Dr. Randall Sobie has spent his career trying to understand the nature of the universe, including its fundamental particles and the forces with which they interact.
“To understand the universe, you need large devices,” says Dr. Sobie, Professor and Director of the Subatomic Physics and Accelerator Research Centre at the University of Victoria. “We’re looking back in time to the origin of the universe — the Big Bang.”
He uses accelerators — which he says are essentially microscopes — to look at smaller and smaller dimensions. One such accelerator, which is located at the CERN laboratory in Geneva, is a 27-kilometre tunnel and the energy of the particles that go through it is equal to that of an undercar freight train. That’s useful when one’s goal is to make the particles collide and examine how they interact.
“This gives us a feeling for the nature of the universe; it allows us to understand basic concepts and then maybe eventually, you’ll find an application,” he says.
The applications that have come from particle physics are innumerable. Electricity came to be because physicists learned how electrons interact. Nuclear isotopes, now commonplace in hospitals for cancer treatment and imaging, are similarly useful applications that came out of the science. Then there are more tangential spinoffs, including the internet, which was developed because physicists worldwide needed to communicate.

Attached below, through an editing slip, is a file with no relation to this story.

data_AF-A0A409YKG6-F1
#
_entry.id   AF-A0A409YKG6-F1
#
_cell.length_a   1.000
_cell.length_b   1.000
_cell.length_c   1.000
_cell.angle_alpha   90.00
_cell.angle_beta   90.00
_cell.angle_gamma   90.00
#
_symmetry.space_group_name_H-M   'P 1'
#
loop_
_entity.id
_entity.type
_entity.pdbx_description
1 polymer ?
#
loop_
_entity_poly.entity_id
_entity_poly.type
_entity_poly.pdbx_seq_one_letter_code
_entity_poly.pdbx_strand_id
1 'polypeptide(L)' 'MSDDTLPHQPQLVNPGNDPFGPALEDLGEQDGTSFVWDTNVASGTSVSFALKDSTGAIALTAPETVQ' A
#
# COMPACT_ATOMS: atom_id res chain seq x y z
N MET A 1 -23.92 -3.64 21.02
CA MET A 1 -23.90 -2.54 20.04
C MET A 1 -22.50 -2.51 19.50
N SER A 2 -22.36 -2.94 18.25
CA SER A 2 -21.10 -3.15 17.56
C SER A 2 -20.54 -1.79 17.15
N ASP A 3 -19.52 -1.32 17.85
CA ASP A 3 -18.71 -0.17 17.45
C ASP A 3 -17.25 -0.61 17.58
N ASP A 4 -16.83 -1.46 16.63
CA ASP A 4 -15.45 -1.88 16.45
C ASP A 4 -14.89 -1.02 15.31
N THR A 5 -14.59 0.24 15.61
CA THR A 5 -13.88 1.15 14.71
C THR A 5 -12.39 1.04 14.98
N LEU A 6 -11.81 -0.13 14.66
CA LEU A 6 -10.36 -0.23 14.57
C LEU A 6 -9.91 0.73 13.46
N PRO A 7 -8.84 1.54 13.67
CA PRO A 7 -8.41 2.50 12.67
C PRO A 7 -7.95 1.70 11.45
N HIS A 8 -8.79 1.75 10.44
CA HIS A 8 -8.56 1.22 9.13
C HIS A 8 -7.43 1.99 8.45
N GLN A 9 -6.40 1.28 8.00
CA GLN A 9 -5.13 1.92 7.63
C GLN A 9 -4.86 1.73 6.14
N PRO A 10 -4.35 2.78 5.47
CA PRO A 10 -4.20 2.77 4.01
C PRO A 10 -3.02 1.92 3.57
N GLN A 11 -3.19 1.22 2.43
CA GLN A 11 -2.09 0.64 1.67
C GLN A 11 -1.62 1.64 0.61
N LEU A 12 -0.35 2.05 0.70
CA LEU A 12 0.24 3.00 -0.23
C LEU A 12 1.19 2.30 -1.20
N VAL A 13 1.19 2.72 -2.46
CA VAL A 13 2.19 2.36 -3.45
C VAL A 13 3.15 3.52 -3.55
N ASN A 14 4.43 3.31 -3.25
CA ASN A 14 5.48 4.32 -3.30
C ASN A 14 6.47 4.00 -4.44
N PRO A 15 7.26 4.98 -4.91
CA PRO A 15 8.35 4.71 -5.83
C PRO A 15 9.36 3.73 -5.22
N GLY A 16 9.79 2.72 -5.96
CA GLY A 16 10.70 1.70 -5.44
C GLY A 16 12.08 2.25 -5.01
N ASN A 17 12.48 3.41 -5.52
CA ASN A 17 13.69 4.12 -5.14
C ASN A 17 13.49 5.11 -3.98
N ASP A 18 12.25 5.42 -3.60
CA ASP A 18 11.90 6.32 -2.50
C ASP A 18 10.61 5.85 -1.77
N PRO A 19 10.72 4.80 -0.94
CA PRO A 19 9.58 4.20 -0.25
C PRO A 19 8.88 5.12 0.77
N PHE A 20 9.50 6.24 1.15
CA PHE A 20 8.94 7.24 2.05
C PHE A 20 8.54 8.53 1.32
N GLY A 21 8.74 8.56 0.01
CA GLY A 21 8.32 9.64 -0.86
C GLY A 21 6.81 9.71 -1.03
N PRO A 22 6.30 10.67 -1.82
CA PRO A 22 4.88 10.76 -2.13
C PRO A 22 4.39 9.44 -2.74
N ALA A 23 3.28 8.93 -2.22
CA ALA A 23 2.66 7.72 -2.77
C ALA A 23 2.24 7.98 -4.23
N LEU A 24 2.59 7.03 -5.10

“That’s an example of how something that spun out of basic research has changed the way we do things,” Dr. Sobie says.
In addition to working with Canada’s academic team at CERN, Dr. Sobie is working on a Japanese project trying to find out where the world’s anti-matter went. "The universe was created with equal amounts of matter and anti-matter; the project in Japan will help us understand why the anti-matter has disappeared.”
For Dr. Sobie, digital research infrastructure resources are invaluable.
"Our experiments collide particles in the middle of large detectors, which are like electronic cameras," he says. "We collect billions of particle collisions per second and select the most interesting ones. The collision data collection is extremely large and is distributed to centres around the world, including some in Canada."
The Canadian and international computing centres analyze the particles in the collisions and help researchers understand the nature of the universe. "These computing resources in Canada are a key contribution to international projects," Dr. Sobie says. “They are critical to our research, and they help contribute to Canada’s reputation abroad."